Here are five new sailing terms to get you started to learn to sail. Once you know these, you will understand some of the salty talk you hear around marinas.
Toward the wind. If you turn your face so that you feel it blowing against you, you are facing “upwind”. A sailing vessel sails upwind on a point of sail called a “close hauled, or beating”.
Head Up (also Luff Up)
To head toward the direction of the wind. You don’t need to turn the boat into the wind in order to head up. But if someone says you need to “head up”, that means you need to point the bow closer to the direction the wind is coming from.
Away from the wind. If you turn your back to the wind, you are facing “downwind”. When a sailing vessel sails downwind, her sails will be let out all the way to catch as much wind as possible. Some boats carry a big, colorful, balloon-like sail called a “spinnaker” when sailing downwind.
Fall Off (or Head Down)
To head away from the direction of the wind. If someone says you need to “fall off”, that means you need to point the bow further away from the direction the wind is coming from.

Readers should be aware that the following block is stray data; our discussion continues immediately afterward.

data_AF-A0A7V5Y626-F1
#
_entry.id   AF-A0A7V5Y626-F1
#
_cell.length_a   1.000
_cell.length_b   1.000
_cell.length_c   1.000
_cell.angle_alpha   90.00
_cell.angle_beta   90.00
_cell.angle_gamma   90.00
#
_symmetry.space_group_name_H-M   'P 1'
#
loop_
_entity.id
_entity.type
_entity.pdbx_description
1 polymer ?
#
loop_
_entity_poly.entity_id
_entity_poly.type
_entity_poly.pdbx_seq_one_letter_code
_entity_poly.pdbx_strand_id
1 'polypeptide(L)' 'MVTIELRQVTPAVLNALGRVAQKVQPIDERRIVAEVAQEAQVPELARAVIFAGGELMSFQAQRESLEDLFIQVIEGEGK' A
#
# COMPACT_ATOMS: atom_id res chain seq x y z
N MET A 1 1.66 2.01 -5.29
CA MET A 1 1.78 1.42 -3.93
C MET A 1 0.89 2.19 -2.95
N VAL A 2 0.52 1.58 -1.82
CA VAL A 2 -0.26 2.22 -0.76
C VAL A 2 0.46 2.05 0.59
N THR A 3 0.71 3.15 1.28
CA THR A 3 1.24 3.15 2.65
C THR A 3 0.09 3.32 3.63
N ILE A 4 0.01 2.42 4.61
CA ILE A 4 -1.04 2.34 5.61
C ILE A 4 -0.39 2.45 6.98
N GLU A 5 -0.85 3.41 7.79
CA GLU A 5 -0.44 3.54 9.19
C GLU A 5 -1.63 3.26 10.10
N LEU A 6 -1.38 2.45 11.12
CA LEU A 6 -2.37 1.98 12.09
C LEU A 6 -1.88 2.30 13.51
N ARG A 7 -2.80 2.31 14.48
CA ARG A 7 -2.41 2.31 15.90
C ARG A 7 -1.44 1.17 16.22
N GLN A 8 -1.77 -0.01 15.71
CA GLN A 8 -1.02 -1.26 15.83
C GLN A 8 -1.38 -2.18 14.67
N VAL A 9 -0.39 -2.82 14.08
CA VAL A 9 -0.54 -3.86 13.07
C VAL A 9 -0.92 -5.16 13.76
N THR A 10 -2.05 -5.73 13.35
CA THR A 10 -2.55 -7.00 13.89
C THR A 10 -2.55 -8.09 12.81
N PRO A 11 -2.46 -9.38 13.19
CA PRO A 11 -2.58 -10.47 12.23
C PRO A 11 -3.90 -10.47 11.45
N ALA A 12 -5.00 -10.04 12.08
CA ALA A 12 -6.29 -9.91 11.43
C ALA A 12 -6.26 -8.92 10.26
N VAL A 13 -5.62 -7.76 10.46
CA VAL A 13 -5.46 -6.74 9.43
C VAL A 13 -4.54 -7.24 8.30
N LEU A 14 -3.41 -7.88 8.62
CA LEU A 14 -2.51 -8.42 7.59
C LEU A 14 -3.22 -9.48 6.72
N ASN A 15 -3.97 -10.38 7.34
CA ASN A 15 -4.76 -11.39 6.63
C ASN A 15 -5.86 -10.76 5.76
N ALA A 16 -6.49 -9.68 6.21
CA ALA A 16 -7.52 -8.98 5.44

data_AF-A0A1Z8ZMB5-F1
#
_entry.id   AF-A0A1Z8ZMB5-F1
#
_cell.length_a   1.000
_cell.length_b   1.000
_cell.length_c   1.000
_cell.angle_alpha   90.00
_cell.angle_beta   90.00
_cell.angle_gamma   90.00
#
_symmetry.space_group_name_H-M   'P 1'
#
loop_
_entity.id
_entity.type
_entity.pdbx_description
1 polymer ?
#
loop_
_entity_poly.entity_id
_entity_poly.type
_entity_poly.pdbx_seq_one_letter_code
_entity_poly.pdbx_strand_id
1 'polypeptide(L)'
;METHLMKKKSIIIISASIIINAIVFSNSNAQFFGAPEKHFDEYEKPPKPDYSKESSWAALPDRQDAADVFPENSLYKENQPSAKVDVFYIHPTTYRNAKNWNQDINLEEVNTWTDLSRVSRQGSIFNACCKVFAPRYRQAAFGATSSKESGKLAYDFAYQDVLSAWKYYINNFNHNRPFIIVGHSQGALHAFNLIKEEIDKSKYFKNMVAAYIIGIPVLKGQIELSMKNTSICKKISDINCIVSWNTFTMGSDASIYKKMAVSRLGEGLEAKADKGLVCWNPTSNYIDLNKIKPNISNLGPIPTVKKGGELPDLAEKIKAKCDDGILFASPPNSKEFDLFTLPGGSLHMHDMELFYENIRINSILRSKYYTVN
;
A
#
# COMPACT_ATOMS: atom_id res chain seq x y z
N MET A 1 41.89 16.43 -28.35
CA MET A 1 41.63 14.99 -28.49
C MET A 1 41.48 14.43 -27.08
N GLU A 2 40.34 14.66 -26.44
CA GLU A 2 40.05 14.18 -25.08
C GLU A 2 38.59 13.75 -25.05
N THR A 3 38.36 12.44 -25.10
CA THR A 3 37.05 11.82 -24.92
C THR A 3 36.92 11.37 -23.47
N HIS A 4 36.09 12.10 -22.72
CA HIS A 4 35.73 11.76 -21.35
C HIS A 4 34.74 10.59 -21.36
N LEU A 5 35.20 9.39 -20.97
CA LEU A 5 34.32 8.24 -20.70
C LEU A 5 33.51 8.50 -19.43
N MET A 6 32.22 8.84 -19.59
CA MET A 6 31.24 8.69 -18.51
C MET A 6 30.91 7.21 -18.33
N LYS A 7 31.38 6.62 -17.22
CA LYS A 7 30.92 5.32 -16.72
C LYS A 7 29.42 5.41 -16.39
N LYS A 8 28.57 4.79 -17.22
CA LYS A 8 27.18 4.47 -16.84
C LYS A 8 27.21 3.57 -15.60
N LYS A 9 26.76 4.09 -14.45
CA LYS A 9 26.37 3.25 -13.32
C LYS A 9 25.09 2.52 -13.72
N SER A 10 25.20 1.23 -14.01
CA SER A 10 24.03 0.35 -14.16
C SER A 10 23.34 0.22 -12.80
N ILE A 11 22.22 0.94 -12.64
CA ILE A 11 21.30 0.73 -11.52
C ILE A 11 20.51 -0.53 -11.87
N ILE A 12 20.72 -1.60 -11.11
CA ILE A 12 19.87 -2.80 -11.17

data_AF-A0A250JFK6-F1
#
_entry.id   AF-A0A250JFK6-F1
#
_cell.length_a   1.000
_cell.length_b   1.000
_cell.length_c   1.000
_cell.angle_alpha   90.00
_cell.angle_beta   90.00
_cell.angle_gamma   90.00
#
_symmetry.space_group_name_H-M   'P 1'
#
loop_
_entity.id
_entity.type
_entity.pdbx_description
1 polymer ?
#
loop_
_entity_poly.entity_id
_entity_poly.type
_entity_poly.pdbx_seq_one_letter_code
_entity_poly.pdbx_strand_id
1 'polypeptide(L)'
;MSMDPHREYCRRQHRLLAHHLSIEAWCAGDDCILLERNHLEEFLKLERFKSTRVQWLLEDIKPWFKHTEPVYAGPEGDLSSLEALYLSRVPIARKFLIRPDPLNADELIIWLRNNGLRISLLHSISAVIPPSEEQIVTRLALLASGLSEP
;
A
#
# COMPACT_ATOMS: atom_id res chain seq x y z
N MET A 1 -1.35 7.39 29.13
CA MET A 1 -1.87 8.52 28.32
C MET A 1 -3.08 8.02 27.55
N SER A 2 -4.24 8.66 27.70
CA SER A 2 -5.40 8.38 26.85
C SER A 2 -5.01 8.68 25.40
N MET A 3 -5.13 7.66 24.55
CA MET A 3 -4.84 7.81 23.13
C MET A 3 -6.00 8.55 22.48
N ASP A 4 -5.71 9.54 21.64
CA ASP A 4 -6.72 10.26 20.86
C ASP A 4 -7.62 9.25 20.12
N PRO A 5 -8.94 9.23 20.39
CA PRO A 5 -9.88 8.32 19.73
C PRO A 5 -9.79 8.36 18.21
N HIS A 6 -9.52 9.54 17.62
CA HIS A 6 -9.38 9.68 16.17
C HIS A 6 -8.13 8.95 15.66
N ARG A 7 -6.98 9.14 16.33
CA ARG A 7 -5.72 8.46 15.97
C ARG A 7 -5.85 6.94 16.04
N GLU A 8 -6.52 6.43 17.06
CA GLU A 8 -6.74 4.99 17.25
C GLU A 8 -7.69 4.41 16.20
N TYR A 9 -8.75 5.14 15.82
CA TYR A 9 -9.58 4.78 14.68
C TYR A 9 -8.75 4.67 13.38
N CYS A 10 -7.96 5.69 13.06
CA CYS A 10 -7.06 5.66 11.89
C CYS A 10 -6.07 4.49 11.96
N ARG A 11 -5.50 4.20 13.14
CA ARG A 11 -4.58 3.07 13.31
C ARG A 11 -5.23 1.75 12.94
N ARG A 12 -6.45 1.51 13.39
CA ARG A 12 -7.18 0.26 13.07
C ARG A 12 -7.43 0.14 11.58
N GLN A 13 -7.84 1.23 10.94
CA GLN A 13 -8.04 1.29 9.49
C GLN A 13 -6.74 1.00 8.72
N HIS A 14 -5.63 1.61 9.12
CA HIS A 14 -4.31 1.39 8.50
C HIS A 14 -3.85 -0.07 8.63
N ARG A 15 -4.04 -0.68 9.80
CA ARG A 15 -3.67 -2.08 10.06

Sheet In or Ease Sheets
You control the sail angle to the wind with a sailing rope called a “sheet”. The mainsail has a mainsheet attached to the boom. The Genoa (or any headsail) has a Genoa sheet (or jib sheet).
When you “sheet in”, you pull on the sheet to bring any sail closer to the boat. When you “ease sheets”, you let out the sheet so that a sail moves farther away from the centerline of the boat.
Memorize these five easy sailing terms until you know them so well that they are like a second language. You will be well on your way to learn to sail the more familiar you become with the language of sailing!